I found this information online, and thought it was a great read. I plan several opening and closing receptions at many different events and am always trying to maximize attendance and find new and creative ways for them to have fun! After a long day of meetings, the last thing I want is for my reception to be dull. Read on for more info!
How to use ICEBREAKERS effectively
Icebreakers can be a great way to start a meeting, as they set the tone for the presentation. They are helpful in relaxing participants, which then makes them more receptive to listening and contributing. Icebreaker activities also can create a “team atmosphere” and motivate participants to work with others in a cooperative manner. A good icebreaker reinforces the content and goals of a team-building or training session.
An icebreaker should not be too long, otherwise it might undercut the more serious work of the meeting. It should occur at the beginning of the meeting or speech and then at appropriate times during the program, as needed. While icebreakers can take a variety of forms, those that promote interaction, sharing, and team building are the most effective.
- When creating your own icebreakers, keep the following in mind:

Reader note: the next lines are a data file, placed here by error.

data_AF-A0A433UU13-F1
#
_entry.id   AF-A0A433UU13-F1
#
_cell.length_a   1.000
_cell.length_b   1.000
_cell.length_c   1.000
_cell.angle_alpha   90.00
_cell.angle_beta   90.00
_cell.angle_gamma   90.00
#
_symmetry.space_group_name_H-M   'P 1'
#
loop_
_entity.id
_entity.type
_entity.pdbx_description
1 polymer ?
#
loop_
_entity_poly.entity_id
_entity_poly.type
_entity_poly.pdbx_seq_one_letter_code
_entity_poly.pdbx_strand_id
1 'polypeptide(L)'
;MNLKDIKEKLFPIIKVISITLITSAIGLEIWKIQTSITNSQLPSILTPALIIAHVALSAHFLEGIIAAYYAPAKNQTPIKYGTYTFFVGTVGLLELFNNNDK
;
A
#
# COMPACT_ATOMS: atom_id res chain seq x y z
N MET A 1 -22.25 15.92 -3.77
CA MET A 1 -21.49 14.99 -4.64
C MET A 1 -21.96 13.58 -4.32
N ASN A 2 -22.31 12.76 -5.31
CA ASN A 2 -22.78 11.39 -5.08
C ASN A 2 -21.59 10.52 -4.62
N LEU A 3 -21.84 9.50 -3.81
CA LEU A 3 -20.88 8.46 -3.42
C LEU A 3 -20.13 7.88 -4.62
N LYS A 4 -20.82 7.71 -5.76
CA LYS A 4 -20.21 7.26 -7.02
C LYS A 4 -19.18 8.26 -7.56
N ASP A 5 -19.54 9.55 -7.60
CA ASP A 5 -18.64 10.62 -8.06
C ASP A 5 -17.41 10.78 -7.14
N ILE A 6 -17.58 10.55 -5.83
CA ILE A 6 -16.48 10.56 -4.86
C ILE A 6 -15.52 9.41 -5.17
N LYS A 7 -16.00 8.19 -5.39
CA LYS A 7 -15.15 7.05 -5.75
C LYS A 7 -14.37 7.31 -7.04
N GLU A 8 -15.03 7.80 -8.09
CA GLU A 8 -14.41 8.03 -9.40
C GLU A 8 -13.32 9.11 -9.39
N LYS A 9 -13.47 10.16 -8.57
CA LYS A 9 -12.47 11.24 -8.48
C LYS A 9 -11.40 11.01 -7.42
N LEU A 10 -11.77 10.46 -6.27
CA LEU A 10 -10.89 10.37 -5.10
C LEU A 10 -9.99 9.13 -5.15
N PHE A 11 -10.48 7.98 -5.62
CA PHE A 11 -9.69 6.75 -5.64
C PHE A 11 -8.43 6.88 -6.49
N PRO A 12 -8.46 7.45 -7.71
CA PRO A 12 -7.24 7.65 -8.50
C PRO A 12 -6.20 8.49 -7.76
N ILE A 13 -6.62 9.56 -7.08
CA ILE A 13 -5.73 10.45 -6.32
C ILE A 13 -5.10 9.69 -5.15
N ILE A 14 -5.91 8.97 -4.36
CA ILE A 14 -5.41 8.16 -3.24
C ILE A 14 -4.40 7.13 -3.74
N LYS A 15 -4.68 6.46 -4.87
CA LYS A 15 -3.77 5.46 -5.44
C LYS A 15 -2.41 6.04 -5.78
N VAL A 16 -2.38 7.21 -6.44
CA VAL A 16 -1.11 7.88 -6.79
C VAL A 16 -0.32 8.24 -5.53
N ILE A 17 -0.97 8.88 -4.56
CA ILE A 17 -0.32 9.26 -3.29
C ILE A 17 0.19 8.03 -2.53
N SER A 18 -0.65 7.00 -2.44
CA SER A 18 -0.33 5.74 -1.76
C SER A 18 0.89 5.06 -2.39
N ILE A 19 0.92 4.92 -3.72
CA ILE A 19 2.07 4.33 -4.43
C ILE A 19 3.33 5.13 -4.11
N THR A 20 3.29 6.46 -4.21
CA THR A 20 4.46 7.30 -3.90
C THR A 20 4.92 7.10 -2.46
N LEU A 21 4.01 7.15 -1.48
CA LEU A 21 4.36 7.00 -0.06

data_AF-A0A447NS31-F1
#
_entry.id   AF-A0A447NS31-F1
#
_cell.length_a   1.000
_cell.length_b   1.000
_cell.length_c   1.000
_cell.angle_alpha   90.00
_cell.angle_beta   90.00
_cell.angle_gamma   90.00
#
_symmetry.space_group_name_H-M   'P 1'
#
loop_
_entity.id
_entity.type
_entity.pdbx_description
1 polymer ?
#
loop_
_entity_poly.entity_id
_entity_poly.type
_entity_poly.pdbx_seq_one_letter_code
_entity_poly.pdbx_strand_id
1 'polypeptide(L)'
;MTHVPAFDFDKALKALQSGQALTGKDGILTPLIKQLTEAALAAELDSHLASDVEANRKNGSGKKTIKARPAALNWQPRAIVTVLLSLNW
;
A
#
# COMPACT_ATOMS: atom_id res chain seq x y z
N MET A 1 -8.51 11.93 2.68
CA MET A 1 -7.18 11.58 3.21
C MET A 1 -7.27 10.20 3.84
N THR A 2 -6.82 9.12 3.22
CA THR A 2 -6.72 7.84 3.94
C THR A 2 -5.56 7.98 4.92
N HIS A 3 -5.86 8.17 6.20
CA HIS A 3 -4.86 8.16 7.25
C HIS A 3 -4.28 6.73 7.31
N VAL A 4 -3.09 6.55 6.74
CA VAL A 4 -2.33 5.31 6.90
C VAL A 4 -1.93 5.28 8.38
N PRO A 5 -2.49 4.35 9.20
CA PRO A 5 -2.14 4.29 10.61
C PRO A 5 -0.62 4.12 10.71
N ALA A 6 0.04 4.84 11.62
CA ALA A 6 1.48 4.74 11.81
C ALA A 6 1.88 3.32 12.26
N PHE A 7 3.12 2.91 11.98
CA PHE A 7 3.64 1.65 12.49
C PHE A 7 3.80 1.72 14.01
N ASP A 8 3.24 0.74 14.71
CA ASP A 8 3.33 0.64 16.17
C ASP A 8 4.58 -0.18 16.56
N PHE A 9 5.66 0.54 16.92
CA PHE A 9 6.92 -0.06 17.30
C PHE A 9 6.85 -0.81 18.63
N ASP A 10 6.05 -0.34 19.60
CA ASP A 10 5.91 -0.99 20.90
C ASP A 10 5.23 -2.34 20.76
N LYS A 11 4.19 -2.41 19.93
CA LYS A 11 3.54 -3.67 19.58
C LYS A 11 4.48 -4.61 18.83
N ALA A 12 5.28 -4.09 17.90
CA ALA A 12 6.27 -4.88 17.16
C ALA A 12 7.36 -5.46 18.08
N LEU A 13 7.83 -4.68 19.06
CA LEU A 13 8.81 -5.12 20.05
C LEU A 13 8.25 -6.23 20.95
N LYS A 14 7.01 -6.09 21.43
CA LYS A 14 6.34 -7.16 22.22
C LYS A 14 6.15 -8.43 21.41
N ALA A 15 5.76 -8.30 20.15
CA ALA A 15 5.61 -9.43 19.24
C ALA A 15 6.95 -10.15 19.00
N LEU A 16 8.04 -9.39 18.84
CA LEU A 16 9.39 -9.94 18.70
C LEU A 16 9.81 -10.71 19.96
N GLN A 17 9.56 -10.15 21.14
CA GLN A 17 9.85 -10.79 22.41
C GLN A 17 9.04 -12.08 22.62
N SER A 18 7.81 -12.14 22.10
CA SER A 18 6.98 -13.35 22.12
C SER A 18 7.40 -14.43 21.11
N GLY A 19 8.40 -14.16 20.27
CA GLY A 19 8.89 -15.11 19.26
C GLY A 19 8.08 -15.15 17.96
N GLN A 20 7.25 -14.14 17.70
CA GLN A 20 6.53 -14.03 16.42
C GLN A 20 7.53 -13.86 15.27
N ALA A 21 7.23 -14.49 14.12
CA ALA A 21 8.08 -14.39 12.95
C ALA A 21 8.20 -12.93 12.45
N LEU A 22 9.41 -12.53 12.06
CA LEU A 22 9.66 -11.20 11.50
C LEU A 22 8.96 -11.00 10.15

- Have a clear objective. What do you want to accomplish with the exercise?
- Simplicity is important. It needs to be easy to explain, understand and do.
- Timing is everything. Schedule your ice breaker at a moment that will have a positive impact on your meeting.
- Practice makes perfect. Work with the concept until you are confident in your ability to employ it.
- Reinforce meeting goals. Design the icebreaker to make a point that relates to some aspect of the meeting.
- Consider using props. Sometimes objects inspire the most creative exercises.
Many people don’t like participating in group activities, because they feel awkward and uncomfortable in front of groups. So be prepared to receive some negative pushback once the icebreaker is initiated. Make sure you let people know that they won’t be asked to do anything that would be embarrassing or demeaning. With some encouragement, most people will go along with the group. Your goal is that everyone who participates in the activity gets something out of it, no matter their level of enthusiasm. With that in mind, make sure you or the presenter attempts to draw these less enthusiastic types into the activity and seek out feedback on how to improve after the event’s conclusion.
If you are looking for inspiration for icebreakers, there are so many resources available. Enter the term “icebreakers for meetings” into a search engine and you’ll get a ton of results. Most sites for trainers or human resources folks will have information on these, as they are widely used in these arenas.
— excerpt taken from Plan Your Meetings e-news